Navy labs want to help soldiers speak the language of war

Navy labs want to help soldiers speak the language of war

The Office of Naval Research is supporting the development of speech translation technology that could help troops in the field communicate with foreigners and interpret text, signs and other graphics.

'I always thought that this would be mostly for use by infantry, whether it be Army or Marine Corps,' said Joel L. Davis, a scientific officer at ONR's Division of Cognitive, Neural and Biomolecular Science and Technology.

It probably won't be ready in time for troops in Iraq to use in the current conflict, but a suite of prototypes created by SpeechGear Inc. of Northfield, Minn., is ready to be field tested. Davis, who is overseeing the program for ONR, said the tools would be used in Army and Marine exercises in foreign countries this summer.

SpeechGear's Compadre suite consists of three products: Interact, a bidirectional voice-to-voice speech translator; Camara, which uses a digital camera and optical character recognition software to translate images of written material; and Interprete, a hand-held dictionary device that translates words from voice or text input.

A translation engine uses context to determine the meaning of spoken words and phrases. Accuracy of two-way translation during a conversation is hard to quantify, said SpeechGear president Robert Palmquist.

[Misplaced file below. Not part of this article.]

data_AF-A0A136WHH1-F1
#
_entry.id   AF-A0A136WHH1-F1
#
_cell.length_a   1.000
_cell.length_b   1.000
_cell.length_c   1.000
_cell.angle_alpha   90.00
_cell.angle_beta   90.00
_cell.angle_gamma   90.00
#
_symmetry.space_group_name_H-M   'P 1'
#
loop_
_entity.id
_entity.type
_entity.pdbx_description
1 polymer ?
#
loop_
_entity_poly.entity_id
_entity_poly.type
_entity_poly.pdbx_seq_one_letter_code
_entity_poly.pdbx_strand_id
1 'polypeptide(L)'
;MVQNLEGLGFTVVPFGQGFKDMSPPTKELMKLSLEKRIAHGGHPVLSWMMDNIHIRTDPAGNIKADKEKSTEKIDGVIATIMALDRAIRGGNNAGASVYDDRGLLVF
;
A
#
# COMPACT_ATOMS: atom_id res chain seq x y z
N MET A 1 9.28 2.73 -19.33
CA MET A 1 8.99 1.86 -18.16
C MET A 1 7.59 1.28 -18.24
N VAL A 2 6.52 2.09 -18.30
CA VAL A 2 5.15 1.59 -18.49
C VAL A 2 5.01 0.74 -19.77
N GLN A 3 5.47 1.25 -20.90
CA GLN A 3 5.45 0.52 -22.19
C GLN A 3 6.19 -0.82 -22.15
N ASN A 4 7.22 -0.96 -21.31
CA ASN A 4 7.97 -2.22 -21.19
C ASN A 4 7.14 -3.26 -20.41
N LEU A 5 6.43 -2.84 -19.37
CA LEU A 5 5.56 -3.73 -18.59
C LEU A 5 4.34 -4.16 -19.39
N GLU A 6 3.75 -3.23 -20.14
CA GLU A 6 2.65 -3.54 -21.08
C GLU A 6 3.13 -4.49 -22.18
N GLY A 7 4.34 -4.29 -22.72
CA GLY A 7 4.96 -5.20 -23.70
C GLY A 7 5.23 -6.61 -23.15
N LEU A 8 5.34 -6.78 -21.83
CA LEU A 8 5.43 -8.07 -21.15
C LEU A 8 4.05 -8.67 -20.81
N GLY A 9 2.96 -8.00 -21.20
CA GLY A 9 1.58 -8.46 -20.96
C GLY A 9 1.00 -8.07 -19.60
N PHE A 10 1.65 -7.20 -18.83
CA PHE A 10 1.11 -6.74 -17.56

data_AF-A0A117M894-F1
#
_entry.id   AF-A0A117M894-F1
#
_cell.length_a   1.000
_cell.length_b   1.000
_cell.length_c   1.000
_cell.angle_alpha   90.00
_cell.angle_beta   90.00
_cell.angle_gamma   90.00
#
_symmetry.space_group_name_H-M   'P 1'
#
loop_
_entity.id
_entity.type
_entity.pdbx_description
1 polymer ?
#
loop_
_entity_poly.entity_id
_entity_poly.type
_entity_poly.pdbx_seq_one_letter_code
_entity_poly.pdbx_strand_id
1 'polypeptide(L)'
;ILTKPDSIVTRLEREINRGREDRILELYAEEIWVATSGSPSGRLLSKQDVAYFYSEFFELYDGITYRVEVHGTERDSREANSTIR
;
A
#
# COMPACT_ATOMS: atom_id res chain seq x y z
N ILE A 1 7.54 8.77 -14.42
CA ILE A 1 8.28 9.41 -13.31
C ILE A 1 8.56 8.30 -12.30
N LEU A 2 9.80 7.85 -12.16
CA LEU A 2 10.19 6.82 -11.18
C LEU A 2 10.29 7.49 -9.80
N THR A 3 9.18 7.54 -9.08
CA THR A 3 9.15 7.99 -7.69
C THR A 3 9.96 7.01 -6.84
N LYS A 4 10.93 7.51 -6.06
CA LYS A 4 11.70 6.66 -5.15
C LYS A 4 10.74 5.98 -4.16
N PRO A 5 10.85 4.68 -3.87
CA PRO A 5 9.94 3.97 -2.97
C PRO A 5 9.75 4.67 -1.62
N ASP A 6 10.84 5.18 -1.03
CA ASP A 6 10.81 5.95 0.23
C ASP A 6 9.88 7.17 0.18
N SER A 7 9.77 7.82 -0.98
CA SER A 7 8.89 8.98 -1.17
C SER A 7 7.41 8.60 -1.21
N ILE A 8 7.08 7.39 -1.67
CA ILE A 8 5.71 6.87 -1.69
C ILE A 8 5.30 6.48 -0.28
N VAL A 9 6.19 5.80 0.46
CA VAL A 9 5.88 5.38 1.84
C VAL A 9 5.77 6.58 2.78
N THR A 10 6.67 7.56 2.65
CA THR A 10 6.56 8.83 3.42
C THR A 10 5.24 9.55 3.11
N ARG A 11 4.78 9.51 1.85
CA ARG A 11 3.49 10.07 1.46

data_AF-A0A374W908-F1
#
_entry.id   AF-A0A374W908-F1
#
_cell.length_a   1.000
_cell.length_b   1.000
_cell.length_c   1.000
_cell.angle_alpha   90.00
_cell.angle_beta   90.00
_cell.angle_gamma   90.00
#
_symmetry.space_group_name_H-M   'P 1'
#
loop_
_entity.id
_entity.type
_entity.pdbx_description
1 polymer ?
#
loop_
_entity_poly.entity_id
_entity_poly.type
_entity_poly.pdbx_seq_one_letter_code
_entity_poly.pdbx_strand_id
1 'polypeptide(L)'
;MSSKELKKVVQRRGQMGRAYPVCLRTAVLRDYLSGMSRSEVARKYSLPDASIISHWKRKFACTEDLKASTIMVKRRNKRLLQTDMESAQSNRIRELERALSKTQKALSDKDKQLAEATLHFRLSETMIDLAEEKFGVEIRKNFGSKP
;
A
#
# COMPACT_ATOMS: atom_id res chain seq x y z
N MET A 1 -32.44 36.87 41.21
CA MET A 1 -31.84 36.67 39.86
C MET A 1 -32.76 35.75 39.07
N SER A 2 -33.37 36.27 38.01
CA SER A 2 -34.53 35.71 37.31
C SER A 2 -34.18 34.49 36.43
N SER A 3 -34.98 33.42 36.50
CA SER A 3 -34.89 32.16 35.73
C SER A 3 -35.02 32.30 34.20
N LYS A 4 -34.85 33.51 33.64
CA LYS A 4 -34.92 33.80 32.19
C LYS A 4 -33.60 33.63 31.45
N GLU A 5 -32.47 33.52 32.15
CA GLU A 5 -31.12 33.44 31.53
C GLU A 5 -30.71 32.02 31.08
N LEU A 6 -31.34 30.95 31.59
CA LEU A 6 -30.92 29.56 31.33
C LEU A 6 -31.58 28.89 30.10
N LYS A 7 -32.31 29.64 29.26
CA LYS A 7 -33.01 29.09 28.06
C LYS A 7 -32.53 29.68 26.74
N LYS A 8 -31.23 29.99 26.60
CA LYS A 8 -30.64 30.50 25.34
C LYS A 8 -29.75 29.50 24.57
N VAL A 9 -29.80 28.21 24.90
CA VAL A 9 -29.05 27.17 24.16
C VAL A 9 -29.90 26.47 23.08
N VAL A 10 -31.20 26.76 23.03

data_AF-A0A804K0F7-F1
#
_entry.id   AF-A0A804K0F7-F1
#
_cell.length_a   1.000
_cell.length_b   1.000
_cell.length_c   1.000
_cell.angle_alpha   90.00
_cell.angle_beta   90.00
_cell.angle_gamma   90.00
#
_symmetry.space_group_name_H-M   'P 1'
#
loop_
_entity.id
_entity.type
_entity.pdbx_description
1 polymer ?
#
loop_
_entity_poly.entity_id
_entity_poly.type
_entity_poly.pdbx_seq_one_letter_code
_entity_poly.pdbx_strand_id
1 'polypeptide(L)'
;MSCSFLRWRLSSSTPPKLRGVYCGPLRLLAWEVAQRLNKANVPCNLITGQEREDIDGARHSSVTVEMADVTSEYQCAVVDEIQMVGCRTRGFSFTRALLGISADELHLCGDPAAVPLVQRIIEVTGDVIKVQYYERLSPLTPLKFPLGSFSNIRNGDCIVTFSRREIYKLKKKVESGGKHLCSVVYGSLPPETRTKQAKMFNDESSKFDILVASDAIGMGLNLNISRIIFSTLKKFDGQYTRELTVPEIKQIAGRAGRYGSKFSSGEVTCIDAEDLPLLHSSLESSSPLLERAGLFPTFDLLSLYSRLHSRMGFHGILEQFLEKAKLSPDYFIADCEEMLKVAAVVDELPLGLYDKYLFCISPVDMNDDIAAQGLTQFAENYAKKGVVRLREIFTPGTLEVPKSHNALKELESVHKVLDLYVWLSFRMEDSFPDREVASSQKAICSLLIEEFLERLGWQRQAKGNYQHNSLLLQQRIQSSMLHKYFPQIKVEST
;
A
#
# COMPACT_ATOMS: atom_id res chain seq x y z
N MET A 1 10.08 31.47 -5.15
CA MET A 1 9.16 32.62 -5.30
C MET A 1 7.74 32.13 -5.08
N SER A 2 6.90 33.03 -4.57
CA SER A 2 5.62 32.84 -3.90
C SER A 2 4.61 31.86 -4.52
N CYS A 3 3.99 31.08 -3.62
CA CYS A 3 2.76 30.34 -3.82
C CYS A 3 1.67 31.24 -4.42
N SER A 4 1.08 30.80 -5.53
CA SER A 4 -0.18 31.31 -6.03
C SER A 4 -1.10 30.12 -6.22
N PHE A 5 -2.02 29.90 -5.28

'Our metric for Interprete is to accurately communicate the meaning of a sentence,' he said.

For instance, the phrase, 'How do I get to the subway?' could be translated as, 'Where is the subway? Tell me, please.' Although not a literal translation, it would be accurate. But the idiomatic phrase, 'hold the phone,' could be translated literally and miss the meaning completely. In the course of a conversation this kind of a problem can be corrected by rephrasing.

'The Interprete system works quite well with two people who want to communicate,' Palmquist said.

'If they don't want to cooperate, there's very little you can do,' Davis said.

The system uses a client-server architecture, but Palmquist said initial field testing probably would be on standalone devices containing both the client and server, so that communication links are not an issue.

Davis said that for real-world use in the field the distributed architecture could be more attractive because soldiers would not have to carry the computing power with them. With improved voice and data communications available in the field, a soldier could use a handheld device or a phone that would digitize and compress the voice and transmit it to the translation server. The translation would come back through a speaker. A similar process would transmit digital images and return text translations.

About the Author

William Jackson is a Maryland-based freelance writer.

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